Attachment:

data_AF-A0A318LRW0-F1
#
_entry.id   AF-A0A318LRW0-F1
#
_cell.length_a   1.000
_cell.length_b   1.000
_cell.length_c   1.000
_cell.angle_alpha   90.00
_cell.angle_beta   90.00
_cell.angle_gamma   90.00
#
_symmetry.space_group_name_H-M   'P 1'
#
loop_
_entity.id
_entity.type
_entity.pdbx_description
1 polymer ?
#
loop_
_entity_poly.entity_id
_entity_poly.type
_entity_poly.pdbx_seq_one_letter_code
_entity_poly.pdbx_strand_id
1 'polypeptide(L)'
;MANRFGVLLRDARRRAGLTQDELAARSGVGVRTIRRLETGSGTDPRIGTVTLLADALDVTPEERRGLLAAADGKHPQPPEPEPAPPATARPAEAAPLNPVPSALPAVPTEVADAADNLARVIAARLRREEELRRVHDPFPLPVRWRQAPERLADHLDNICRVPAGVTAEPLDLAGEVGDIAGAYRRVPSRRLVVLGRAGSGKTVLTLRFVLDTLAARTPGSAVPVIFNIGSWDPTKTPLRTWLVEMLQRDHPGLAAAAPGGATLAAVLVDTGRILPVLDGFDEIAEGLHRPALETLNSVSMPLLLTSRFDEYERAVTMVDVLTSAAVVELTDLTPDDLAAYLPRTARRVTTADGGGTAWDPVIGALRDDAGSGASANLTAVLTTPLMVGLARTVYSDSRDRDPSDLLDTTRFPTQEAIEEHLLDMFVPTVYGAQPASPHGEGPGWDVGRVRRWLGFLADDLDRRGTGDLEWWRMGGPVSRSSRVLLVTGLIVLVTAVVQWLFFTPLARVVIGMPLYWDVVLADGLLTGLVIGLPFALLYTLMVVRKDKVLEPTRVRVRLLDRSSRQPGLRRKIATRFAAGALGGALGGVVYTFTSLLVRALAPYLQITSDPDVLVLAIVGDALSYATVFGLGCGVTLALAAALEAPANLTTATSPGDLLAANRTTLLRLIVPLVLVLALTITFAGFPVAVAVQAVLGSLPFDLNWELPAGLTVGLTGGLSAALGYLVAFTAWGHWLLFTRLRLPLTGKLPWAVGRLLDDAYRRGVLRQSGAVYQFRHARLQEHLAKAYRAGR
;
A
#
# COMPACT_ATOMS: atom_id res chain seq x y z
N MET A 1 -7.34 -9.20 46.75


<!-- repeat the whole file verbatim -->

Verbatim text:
data_AF-A0A318LRW0-F1
#
_entry.id   AF-A0A318LRW0-F1
#
_cell.length_a   1.000
_cell.length_b   1.000
_cell.length_c   1.000
_cell.angle_alpha   90.00
_cell.angle_beta   90.00
_cell.angle_gamma   90.00
#
_symmetry.space_group_name_H-M   'P 1'
#
loop_
_entity.id
_entity.type
_entity.pdbx_description
1 polymer ?
#
loop_
_entity_poly.entity_id
_entity_poly.type
_entity_poly.pdbx_seq_one_letter_code
_entity_poly.pdbx_strand_id
1 'polypeptide(L)'
;MANRFGVLLRDARRRAGLTQDELAARSGVGVRTIRRLETGSGTDPRIGTVTLLADALDVTPEERRGLLAAADGKHPQPPEPEPAPPATARPAEAAPLNPVPSALPAVPTEVADAADNLARVIAARLRREEELRRVHDPFPLPVRWRQAPERLADHLDNICRVPAGVTAEPLDLAGEVGDIAGAYRRVPSRRLVVLGRAGSGKTVLTLRFVLDTLAARTPGSAVPVIFNIGSWDPTKTPLRTWLVEMLQRDHPGLAAAAPGGATLAAVLVDTGRILPVLDGFDEIAEGLHRPALETLNSVSMPLLLTSRFDEYERAVTMVDVLTSAAVVELTDLTPDDLAAYLPRTARRVTTADGGGTAWDPVIGALRDDAGSGASANLTAVLTTPLMVGLARTVYSDSRDRDPSDLLDTTRFPTQEAIEEHLLDMFVPTVYGAQPASPHGEGPGWDVGRVRRWLGFLADDLDRRGTGDLEWWRMGGPVSRSSRVLLVTGLIVLVTAVVQWLFFTPLARVVIGMPLYWDVVLADGLLTGLVIGLPFALLYTLMVVRKDKVLEPTRVRVRLLDRSSRQPGLRRKIATRFAAGALGGALGGVVYTFTSLLVRALAPYLQITSDPDVLVLAIVGDALSYATVFGLGCGVTLALAAALEAPANLTTATSPGDLLAANRTTLLRLIVPLVLVLALTITFAGFPVAVAVQAVLGSLPFDLNWELPAGLTVGLTGGLSAALGYLVAFTAWGHWLLFTRLRLPLTGKLPWAVGRLLDDAYRRGVLRQSGAVYQFRHARLQEHLAKAYRAGR
;
A
#
# COMPACT_ATOMS: atom_id res chain seq x y z
N MET A 1 -7.34 -9.20 46.75